So, more than most, Albertan cryonicists might want to reconsider the wisdom of where they live. That said, while other readers may think themselves lucky to live in a state or province I didn’t mention, laws change [24], and I have just learned all-too-personally how many fifty states are to monitor. We must each be vigilant in ensuring our various cryonics legal documents are valid for their intended purposes.

Endnotes:

1 785 NW (2d) 717 (Ill Ct App 2010).

2 Ibid at 725.

3 http://www.uniformlaws.org

4 UAGA’s choice of law provision (section 19) states that a document of anatomical gift will be valid if it is executed in accordance with either (i) the law of the forum (i.e. the UAGA where the document is sought to be used), (ii) the law of the state/country where it was executed, or (iii) the law of the state/country where the person was domiciled, had a place of residence or was a national when the document was executed. However, the interpretation of the document of gift is governed by the forum law.That is to say, a document of anatomical gift to a cryonics service provider which is formally valid in the forum by merit of its validity under the laws of the state/country where it was executed, etc., may yet be ineffective under the laws of the forum.

5 The Richardson decision also included a tentative, but nonetheless authoritative finding that Orville’s payment to Alcor to preserve his body, and less-than-perfectly-altruistic motives did not move the transaction outside the legal category of “gift.”  Again, this finding and the uniformity provision should go a long way to deciding the issue if it comes up again in another state.

6 For ease of reference: Alabama, Alaska, Arkansas, Arizona, Connecticut, Georgia, Hawaii, Idaho, Indiana, Iowa, Kansas, Kentucky, Louisiana, Maine, Massachusetts, Michigan, Mississippi, Missouri, Montana, Nebraska, Nevada, New Hampshire, New Jersey, New Mexico, North Carolina, North Dakota, Ohio, Oregon, Rhode Island, South Carolina, South Dakota, Tennessee, Utah, Vermont, West Virginia, Wisconsin, Wyoming.

7 Minnesota replaces “other appropriate person” with “non-profit organization in medical education or research.” Minn Stat § 525A.10. Delaware, Illinois, and Pennsylvania still use language from older incarnations of the UAGA, which lack “other appropriate person” but define “any bank or storage facility” in such a way that so long as the cryonics service provider is recognized as a permissible donee in its home state, it should qualify under the Delaware/Illinois/Pennsylvania statutes. 16 Del Code § 2712, 755 ILCS § 50/5-10, 20 Pa C S § 8612.

8 Alcor’s own lobbying efforts resulted in the inclusion of the comparatively broadly defined “procurement organization” in Arizona’s ARS §36-850; Missouri has provision for “cadaver procurement organization[s]”. Mo Rev Stat § 194.255.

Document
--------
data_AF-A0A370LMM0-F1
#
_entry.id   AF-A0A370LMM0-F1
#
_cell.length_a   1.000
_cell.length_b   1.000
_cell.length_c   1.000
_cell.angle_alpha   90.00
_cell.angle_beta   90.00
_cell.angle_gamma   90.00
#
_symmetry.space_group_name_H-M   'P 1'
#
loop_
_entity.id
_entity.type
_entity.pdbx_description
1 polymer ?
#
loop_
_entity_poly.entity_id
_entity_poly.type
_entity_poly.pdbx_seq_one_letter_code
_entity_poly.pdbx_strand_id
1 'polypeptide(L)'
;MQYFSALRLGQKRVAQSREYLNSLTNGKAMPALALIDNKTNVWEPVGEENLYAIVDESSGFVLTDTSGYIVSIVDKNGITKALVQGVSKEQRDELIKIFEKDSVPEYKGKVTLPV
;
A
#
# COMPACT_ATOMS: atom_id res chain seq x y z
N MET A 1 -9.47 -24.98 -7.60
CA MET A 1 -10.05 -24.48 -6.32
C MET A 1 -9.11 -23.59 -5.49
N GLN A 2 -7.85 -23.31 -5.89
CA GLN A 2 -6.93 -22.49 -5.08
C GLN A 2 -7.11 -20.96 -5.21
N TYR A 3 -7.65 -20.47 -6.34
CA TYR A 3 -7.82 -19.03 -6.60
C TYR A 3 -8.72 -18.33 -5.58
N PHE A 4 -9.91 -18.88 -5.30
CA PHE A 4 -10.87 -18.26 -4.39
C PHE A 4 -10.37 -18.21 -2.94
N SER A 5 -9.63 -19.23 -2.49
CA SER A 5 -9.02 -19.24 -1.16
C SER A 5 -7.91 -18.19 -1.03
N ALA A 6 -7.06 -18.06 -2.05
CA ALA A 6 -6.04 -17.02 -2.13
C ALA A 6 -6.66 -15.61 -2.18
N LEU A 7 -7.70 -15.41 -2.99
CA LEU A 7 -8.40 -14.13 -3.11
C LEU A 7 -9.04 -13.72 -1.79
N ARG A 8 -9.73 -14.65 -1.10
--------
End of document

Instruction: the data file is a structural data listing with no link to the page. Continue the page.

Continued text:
9 63 OS §2200.11A.

10 Va Code § 32.1-291.11

11 DC Code §7-1531.10.

12 Cal Health & Safety Code § 7150.50; Fla Stat § 765.513; Md Code, Est & T §4-509; NY PBH Law §4302; Texas Health & Safety Code § 692A.011; RCW § 68.64.100.

13 Comfort, Texas is home to the Timeship project.

14 Md Code, Health §5-509; 21 OS § 1151.

15 Cal Health & Safety Code §7100.1; DC Code §3-413; NY PBH Law §4201.2(c); Texas Health & Safety Code § 711.002; RCW § 68.50.160.

16 Va Code §54.1-2825.

17 Fla Stat § 497.005(37) sets out an apparent order of priority in a definitions section, without elsewhere stating that that priority grants any particular rights; § 732.804 uses permissive language instead of imperative. See also Leadingham v. Wallace, 691 So (2d) 1162 (Fla 5th DCA 1997).

18 Supra note 1 at 727.

19 Uniform Anatomical Gift Act (2006), § 11(c)(4).

20 http://www.cryonics.org/documents/Uniform. html

21 These are largely derived from various iterations of the Uniform Human Tissue Gift Act proposed by the Uniform Law Conference of Canada.

22 Quebec and British Columbia are the only provinces which provide statutory rights to direct disposition of one’s own human remains: art 42 CCQ and Human Tissue Gift Act, RSBC 1996 c 211 s 4.

23 SA 2006 c H-14.5 s 3.

24 For example, the 2006 revision of UAGA was introduced in the Pennsylvania Legislature this year.

First published as a regular column called In Perpetuity in Cryonics Magazine, February 2013

06. January 2016 · Comments Off on Who speaks for the dead? · Categories: Cryonics, Society

Do the dead have rights, in the proper sense of the word? That is to say, when someone is obligated to do something with a dead person, like bury them, for whose benefit are they doing it? For the dead? Or for the living?

You might well ask, is this really important? In short, yes. The person to whom the obligation is owed is the person who may sue for enforcement of that right, and their identity may also determine the remedies which are available to them (be it money, compulsory performance of or abstinence from a particular act). So, the question of whose rights are engaged in dealing with the dead is fundamentally important from the cryonics patient advocate’s perspective.

An illustration: If you make a contract with someone, both of you intending that a substantial portion of what you have promised to do will only be done after (and in fact as a result of) your legal death, and vice versa that a substantial portion of what they have promised to do will likewise only be done after your legal death: who has promised what to whom?

While you remain alive, the answer seems quite obvious. But once you are dead, you are no longer a person. You, sadly, are not an entity recognized by law. You are your estate. Your estate has legal personality of a kind, but it is probably better to think of your estate as a medium. And, as such, it really isn’t about you anymore — it’s about your stuff, and who gets it. Yes, you can (and should, and hopefully do) have a will that references your cryonics arrangements, but practically speaking, the interest that your estate has in that contract you made for things to be done for you after you died, is the fact that something about that contract could result in more stuff for the estate’s beneficiaries. That’s really all the estate can care about, because the real, live person who was capable of having immaterial (or better still, “non-pecuniary”) interests in the contract is now gone.